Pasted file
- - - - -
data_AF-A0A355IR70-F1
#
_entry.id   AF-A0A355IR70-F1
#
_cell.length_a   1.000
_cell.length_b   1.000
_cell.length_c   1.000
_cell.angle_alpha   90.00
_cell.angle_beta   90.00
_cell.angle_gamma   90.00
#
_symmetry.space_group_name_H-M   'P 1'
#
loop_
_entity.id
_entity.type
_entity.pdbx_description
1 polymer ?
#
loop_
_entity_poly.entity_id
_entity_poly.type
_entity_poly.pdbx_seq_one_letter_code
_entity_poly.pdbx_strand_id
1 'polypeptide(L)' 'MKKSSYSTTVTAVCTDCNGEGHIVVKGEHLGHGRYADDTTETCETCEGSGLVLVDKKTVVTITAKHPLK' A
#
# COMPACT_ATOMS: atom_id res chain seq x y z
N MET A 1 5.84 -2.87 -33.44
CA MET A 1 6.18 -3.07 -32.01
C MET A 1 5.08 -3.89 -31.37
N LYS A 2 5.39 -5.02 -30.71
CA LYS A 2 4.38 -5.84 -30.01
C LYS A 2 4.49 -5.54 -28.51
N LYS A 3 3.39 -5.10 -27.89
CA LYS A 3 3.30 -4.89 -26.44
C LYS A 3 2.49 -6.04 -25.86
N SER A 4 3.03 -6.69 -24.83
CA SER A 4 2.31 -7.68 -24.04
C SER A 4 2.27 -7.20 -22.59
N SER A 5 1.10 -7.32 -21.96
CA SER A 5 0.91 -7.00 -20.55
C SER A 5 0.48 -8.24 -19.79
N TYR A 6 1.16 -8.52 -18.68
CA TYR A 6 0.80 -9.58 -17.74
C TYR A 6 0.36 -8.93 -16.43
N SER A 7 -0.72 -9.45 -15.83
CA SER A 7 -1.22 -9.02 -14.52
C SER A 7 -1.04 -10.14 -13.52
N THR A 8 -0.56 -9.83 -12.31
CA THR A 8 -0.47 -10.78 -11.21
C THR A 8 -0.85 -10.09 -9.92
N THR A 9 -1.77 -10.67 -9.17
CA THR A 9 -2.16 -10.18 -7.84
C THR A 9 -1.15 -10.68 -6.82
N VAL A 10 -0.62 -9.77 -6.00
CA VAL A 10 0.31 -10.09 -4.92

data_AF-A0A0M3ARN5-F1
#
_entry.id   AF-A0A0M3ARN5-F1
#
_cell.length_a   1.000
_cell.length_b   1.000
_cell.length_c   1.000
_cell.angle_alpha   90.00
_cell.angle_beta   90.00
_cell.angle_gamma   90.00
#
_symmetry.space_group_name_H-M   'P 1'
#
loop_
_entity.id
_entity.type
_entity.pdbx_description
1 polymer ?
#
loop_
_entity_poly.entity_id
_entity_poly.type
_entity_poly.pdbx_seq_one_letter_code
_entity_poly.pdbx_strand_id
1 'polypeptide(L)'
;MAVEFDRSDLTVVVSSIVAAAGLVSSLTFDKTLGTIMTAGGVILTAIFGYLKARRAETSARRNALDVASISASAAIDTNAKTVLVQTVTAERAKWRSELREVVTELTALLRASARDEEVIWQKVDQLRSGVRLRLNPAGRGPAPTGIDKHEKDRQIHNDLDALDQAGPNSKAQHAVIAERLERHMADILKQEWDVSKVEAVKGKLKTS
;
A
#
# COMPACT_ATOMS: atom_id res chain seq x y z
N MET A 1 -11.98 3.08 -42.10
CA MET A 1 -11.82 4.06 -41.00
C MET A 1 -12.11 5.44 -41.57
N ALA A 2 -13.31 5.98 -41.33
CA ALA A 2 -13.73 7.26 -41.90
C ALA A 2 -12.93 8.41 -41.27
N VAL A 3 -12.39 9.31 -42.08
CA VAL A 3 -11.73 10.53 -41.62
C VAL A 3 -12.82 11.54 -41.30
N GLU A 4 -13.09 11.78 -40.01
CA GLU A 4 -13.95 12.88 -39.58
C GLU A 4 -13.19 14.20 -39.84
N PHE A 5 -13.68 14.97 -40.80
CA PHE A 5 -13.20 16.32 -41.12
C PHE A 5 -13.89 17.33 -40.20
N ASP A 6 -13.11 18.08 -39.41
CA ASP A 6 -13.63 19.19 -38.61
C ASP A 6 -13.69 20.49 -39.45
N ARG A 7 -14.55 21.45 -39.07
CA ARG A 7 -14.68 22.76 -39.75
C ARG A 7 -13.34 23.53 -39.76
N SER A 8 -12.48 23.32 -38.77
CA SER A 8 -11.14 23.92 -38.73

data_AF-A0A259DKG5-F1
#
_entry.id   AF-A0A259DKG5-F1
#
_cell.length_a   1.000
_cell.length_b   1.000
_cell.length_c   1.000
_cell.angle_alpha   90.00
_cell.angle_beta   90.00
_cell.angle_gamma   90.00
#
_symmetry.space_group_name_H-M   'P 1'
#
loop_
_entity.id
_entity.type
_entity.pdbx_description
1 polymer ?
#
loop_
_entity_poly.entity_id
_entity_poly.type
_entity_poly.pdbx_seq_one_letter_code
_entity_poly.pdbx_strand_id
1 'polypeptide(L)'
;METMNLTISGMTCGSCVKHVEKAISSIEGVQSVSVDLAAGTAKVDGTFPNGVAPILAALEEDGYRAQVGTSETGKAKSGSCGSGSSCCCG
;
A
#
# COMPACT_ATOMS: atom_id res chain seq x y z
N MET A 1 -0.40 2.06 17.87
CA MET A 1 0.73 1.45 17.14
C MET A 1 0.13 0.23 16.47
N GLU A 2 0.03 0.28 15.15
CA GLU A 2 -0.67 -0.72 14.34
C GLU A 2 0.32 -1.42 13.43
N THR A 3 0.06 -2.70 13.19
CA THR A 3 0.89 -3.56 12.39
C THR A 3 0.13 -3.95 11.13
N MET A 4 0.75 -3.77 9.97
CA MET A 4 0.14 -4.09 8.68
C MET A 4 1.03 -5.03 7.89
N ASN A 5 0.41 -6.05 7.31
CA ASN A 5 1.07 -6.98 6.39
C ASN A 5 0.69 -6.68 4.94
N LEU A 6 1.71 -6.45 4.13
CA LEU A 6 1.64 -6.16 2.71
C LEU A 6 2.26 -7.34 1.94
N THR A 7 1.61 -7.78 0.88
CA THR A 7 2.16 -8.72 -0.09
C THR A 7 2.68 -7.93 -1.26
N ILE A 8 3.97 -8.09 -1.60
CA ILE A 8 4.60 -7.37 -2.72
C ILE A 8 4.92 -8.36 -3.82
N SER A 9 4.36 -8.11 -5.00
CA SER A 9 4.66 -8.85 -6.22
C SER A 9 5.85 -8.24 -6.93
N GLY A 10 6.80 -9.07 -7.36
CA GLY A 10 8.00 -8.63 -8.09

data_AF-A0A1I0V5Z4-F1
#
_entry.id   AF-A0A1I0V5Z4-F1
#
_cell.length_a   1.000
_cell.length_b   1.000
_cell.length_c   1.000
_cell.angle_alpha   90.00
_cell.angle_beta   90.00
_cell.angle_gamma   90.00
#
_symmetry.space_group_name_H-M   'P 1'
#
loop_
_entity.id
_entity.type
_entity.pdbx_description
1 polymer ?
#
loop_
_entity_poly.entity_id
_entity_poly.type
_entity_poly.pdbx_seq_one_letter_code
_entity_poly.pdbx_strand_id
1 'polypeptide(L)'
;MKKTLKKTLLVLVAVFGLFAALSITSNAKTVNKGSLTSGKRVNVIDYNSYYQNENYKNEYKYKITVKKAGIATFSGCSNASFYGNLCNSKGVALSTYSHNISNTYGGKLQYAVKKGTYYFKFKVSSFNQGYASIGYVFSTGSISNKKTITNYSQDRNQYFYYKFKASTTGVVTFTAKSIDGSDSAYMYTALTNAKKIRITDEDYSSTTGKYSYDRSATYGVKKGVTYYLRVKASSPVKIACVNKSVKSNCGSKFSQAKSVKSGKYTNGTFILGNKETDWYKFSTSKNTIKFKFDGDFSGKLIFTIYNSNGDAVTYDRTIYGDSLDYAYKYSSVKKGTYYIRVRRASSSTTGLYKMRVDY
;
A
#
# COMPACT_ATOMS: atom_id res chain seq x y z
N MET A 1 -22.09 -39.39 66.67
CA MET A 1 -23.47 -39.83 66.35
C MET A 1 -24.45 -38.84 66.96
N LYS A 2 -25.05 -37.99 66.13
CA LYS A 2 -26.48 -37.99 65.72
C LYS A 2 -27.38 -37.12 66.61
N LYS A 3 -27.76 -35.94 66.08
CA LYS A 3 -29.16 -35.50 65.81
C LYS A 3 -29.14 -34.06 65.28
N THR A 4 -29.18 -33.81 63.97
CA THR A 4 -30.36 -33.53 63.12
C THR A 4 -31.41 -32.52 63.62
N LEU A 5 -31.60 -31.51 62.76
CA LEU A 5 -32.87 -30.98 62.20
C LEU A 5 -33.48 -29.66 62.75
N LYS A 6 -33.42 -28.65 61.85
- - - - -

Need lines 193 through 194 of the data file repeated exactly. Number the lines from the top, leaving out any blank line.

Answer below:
1 'polypeptide(L)'
;MKKTLKKTLLVLVAVFGLFAALSITSNAKTVNKGSLTSGKRVNVIDYNSYYQNENYKNEYKYKITVKKAGIATFSGCSNASFYGNLCNSKGVALSTYSHNISNTYGGKLQYAVKKGTYYFKFKVSSFNQGYASIGYVFSTGSISNKKTITNYSQDRNQYFYYKFKASTTGVVTFTAKSIDGSDSAYMYTALTNAKKIRITDEDYSSTTGKYSYDRSATYGVKKGVTYYLRVKASSPVKIACVNKSVKSNCGSKFSQAKSVKSGKYTNGTFILGNKETDWYKFSTSKNTIKFKFDGDFSGKLIFTIYNSNGDAVTYDRTIYGDSLDYAYKYSSVKKGTYYIRVRRASSSTTGLYKMRVDY